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Effective Friday, November 27th:

  • New guidance for performance and gaming venues, indoor public events, licensed establishments
  • Restrictions on team/group sports
  • Mandatory masking expansion
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Key Wildlife Management Zones Targeted For CWD Testing

Released on September 9, 2020

The Ministry of Environment is once again encouraging hunters to submit the heads of deer, moose and elk harvested this hunting season for chronic wasting disease (CWD) testing.  CWD is a fatal, infectious central nervous system disease in cervids that has no known cure.

“Last year, hunters submitted more than 3,300 heads for CWD testing,” Environment Minister Dustin Duncan said.  “Their continued support of the CWD surveillance program is invaluable in helping us understand how this disease spreads, and for evaluating potential population impacts.  This in turn will guide the province in developing disease management plans.”

In particular, hunters in wildlife management zones (WMZs) 2W, 9, 10, 35 and 37 are asked to submit mule deer and white-tailed deer heads for testing.  However, testing is available for all cervid species harvested in any WMZ in the province.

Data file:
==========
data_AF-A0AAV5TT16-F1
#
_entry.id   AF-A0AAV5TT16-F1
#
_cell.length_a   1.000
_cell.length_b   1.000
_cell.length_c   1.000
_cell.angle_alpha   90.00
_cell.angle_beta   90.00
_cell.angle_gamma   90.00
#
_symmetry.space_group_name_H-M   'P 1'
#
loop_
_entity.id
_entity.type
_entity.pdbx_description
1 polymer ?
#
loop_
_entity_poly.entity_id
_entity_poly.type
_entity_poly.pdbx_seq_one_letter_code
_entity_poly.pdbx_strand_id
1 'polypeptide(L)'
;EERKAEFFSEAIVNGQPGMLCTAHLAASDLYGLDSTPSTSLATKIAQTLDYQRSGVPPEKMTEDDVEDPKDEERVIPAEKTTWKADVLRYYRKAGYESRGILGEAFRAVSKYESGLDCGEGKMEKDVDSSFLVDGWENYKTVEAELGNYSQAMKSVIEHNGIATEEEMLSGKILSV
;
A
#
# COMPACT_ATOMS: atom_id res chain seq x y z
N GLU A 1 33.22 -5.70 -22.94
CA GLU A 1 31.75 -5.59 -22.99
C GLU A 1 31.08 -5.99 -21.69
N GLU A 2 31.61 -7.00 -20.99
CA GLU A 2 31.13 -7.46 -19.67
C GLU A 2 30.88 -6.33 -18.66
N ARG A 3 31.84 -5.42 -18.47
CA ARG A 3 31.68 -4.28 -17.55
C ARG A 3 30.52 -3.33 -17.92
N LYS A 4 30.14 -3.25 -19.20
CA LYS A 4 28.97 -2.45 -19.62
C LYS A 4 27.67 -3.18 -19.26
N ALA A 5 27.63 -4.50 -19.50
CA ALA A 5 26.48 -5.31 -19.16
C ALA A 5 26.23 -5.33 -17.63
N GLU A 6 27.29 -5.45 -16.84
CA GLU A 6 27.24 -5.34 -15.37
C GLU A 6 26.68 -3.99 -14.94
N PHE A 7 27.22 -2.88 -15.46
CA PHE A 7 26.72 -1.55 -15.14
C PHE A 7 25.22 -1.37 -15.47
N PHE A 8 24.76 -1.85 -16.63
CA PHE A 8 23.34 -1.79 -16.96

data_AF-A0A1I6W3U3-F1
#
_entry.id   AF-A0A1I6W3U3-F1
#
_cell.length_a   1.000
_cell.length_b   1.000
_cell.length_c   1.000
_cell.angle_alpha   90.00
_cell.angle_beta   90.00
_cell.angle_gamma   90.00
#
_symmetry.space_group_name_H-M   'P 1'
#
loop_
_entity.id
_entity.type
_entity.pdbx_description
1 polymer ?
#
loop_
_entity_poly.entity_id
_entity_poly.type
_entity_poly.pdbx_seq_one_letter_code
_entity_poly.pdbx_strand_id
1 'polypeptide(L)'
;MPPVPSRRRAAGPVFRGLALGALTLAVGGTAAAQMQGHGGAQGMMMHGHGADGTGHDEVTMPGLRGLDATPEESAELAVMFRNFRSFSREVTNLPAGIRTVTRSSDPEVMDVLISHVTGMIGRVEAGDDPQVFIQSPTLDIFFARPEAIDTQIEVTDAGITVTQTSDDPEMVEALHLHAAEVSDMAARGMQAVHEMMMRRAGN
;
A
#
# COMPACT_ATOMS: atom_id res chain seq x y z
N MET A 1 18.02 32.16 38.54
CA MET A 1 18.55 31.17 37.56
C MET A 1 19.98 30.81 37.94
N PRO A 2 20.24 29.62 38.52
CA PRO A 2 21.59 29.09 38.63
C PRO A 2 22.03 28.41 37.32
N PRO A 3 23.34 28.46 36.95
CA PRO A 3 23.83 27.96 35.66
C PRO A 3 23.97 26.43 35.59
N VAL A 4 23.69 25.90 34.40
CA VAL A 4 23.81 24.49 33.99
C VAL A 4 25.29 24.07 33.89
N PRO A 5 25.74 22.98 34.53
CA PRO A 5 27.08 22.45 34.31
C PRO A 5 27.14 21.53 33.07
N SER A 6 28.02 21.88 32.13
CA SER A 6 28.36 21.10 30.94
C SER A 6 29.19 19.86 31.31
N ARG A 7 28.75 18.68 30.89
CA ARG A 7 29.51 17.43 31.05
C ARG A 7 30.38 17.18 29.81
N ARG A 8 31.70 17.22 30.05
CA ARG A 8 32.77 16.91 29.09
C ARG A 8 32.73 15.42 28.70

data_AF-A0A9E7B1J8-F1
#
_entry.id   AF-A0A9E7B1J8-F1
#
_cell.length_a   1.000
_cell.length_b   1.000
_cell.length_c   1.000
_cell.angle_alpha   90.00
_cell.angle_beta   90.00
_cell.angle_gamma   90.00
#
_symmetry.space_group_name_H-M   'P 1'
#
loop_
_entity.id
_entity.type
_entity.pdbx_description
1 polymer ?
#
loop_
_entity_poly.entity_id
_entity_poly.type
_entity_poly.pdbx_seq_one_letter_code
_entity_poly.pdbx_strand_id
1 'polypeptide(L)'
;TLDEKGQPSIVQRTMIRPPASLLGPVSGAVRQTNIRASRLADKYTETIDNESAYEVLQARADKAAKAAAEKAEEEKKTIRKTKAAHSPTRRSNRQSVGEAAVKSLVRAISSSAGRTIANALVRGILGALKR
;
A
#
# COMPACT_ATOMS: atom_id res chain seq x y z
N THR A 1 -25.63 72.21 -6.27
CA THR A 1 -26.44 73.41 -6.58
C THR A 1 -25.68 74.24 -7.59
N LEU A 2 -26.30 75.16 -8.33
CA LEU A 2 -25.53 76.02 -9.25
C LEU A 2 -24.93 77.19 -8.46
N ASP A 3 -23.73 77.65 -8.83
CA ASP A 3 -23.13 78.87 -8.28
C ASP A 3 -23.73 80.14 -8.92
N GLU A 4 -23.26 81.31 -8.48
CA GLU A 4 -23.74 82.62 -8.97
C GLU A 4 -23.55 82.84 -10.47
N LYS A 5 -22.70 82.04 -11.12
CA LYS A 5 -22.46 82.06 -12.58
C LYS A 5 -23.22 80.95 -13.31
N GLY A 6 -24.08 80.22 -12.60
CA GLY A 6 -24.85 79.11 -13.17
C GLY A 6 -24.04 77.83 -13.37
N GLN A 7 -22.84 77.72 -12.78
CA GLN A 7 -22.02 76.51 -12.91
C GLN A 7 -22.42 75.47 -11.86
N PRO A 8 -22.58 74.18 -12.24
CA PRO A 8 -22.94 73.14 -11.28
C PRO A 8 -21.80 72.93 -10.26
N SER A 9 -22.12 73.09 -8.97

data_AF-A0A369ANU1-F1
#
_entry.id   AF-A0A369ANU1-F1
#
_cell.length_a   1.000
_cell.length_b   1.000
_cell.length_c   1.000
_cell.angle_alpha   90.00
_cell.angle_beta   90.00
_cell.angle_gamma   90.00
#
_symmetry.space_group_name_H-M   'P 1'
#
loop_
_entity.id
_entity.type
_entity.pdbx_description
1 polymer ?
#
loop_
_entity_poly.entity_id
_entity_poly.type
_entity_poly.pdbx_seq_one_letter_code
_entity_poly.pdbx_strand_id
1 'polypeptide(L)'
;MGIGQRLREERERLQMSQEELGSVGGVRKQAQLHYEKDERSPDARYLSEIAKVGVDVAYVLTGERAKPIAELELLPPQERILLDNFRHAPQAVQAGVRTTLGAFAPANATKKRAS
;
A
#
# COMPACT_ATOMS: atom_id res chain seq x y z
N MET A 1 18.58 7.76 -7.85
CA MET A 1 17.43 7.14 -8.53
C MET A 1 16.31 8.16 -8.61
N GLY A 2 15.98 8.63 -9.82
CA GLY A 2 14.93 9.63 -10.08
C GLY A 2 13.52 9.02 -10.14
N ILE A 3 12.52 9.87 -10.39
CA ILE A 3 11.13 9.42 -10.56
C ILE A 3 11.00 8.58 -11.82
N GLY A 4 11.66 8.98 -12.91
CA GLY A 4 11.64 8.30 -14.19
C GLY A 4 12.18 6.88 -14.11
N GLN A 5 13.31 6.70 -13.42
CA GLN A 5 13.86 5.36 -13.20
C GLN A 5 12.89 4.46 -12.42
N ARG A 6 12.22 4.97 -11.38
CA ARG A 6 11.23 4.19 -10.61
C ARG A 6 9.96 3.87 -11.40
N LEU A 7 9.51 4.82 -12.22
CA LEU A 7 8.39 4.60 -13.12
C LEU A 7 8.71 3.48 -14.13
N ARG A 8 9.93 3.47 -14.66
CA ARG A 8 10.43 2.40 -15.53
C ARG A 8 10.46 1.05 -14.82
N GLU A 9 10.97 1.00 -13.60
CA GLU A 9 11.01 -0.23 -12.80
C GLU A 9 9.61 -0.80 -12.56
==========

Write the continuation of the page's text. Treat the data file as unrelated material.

The ministry is hoping to collect at least 300 samples in each of these targeted zones to obtain additional information about the prevalence and spread of the disease in certain areas of the province.

Submissions from WMZs 50 and 55 are also requested to help evaluate the CWD risk in woodland caribou habitat in the boreal forest.

One way that hunters can help reduce the spread of CWD to new areas of the province is by properly disposing of animal carcass waste.  In areas where CWD has been detected, hunters are encouraged when possible to quarter the animal in the field instead of transporting it from the area where it was taken.

In Saskatchewan, CWD was first discovered in provincial game farm animals in 1996.  It transitioned to wild mule deer in 2000, and is now found in deer, elk and moose in 55 of Saskatchewan’s 83 WMZs.

“With the help of hunters, the ministry has been monitoring the spread and intensity of CWD for more than 20 years,” Duncan said.  “We appreciate their support and want to continue working together to better understand and address this wildlife disease.”

Although no human case of CWD has ever been identified, the province recommends that hunters avoid eating the meat until they receive their test results.  In addition, hunters are strongly urged not to eat, or distribute for human consumption, the meat or other parts from animals that are found to be CWD-positive.
Prior to dropping off heads, you must obtain your CWD Tracking Number from the cwdsk.ca website and keep that number with you.  Heads can be submitted for testing at a number of designated drop-off locations across the province throughout the hunting season.  The testing is free of charge.

For a complete list of drop-off sites and information on how to submit a sample for testing, visit www.saskatchewan.ca/cwd.

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For more information, contact:

Corey Rhiendel
Environment
Regina
Phone: 306-787-6595
Email: corey.rhiendel@gov.sk.ca

For public inquiries, contact: 
Environment
Phone: 1-800-567-4224
Email: centre.inquiry@gov.sk.ca